NaNoWriMo - an extract

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Status: Finished  |  Genre: Action and Adventure  |  House: Booksie Classic
A poorly-edited chunk of my Nanoprocrastination for this year.

Submitted: November 04, 2011

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Submitted: November 04, 2011

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West Breckham Dazzling DIY and Garden Store was “The Jewel in the Crown of West Breckham”, according to the large sign that protruded far enough onto the B7623 to threaten the wing mirrors of anybody driving too close to the side of the road. In reality, it was a large unsightly warehouse in the middle of nowhere.

The store looked utterly dreadful from a distance, but its appearance only deteriorated further to anybody with functioning eyes as they drove closer: the car park had been laid decades ago and had become so dangerous that it was more sensible to just park on the grass, the building itself also looked like it hadn't received any attention for decades, and the automatic doors only slid open half way -- resulting in a humbling squeeze for anybody attempting to enter the store. The interior was no better.

“Ah, Lily!” roared the voice of Mr Largo Peaches, the Store Manager. “What a glorious day for selling bags of compost!”

Largo Peaches was a walking paradox, a jigsaw of anachronisms incorrectly put together. He had a large bushy moustache, greased-back long hair and weighed eighteen stone. He spoke with received pronunciation and alternated between hazy delusions and passive-aggressive threats -- when he wasn't puffing away on a cigar.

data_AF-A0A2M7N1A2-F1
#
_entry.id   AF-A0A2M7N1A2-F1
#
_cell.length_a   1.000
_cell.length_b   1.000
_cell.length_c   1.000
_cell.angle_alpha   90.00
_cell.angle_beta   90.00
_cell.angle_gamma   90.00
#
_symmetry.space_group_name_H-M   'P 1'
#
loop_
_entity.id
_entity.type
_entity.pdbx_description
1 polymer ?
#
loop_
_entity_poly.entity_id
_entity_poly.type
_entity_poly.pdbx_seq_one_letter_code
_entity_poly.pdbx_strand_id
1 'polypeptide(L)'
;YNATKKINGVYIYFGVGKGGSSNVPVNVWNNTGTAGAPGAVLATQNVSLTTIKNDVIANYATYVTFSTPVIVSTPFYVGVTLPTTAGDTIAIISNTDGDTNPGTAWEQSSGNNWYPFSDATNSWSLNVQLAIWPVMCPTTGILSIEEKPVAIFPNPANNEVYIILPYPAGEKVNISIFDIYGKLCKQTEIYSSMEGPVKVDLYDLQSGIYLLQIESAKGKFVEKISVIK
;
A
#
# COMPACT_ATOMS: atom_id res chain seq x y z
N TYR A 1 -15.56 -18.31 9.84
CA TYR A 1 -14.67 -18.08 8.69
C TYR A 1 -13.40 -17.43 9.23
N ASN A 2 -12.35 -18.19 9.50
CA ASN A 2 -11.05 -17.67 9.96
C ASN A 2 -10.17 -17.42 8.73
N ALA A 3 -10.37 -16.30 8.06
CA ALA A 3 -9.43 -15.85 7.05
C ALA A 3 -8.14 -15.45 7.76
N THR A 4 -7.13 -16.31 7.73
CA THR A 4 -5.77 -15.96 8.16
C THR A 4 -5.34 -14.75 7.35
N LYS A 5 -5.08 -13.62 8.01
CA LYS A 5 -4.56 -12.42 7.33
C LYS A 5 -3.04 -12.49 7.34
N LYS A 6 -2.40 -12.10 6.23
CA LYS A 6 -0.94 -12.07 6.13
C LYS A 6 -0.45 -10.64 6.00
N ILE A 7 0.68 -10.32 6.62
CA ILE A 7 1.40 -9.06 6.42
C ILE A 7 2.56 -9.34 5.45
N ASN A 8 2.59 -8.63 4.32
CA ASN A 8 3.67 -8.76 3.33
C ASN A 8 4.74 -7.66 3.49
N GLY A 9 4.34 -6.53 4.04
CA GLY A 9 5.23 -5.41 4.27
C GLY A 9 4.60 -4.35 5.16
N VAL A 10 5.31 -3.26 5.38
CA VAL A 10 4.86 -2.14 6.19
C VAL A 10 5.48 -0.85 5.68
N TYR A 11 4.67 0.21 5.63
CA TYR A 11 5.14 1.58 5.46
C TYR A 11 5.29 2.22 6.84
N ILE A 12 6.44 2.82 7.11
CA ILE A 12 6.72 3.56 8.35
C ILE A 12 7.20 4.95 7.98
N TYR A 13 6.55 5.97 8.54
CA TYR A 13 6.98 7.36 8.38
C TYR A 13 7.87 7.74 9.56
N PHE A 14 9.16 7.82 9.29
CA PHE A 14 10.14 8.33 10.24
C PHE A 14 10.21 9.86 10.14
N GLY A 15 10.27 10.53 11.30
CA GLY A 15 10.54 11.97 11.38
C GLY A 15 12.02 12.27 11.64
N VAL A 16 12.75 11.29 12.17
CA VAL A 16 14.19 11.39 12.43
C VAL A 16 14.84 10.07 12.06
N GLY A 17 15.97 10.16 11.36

“You see, the profit markup on this stuff is huge. Every time one of those bags sells, I feel incredibly warm inside, because that's bloody great business. I managed to get 800 bags of the stuff in for absolutely nothing. Dirt cheap, it was. Get it?”

Lily died a little inside. Firstly, the pun was awful. Secondly, it was her, the Assistant Store Manager, that had ordered the dirt-cheap compost. She gazed blankly into the distance as she wondered exactly what purpose Largo had, aside from talking absolute nonsense. It was her, pushing thirty and over-worked, that took care of the store's vital day-to-day operations, while Largo just pretended to have ordered compost.

At this point Lily was just hoping Largo would decide to wander away to a far corner of the store, but he continued to lean with one arm against the customer service desk as she braced herself for the next round of nonsense to come from his mouth. “You know,” he began, pausing for a second to disassemble anything in his head that may have inadvertently offered any vague hint of insight, “this place is buzzing today. Take a look at that car park: it's buzzing. This looks like a great day for business.”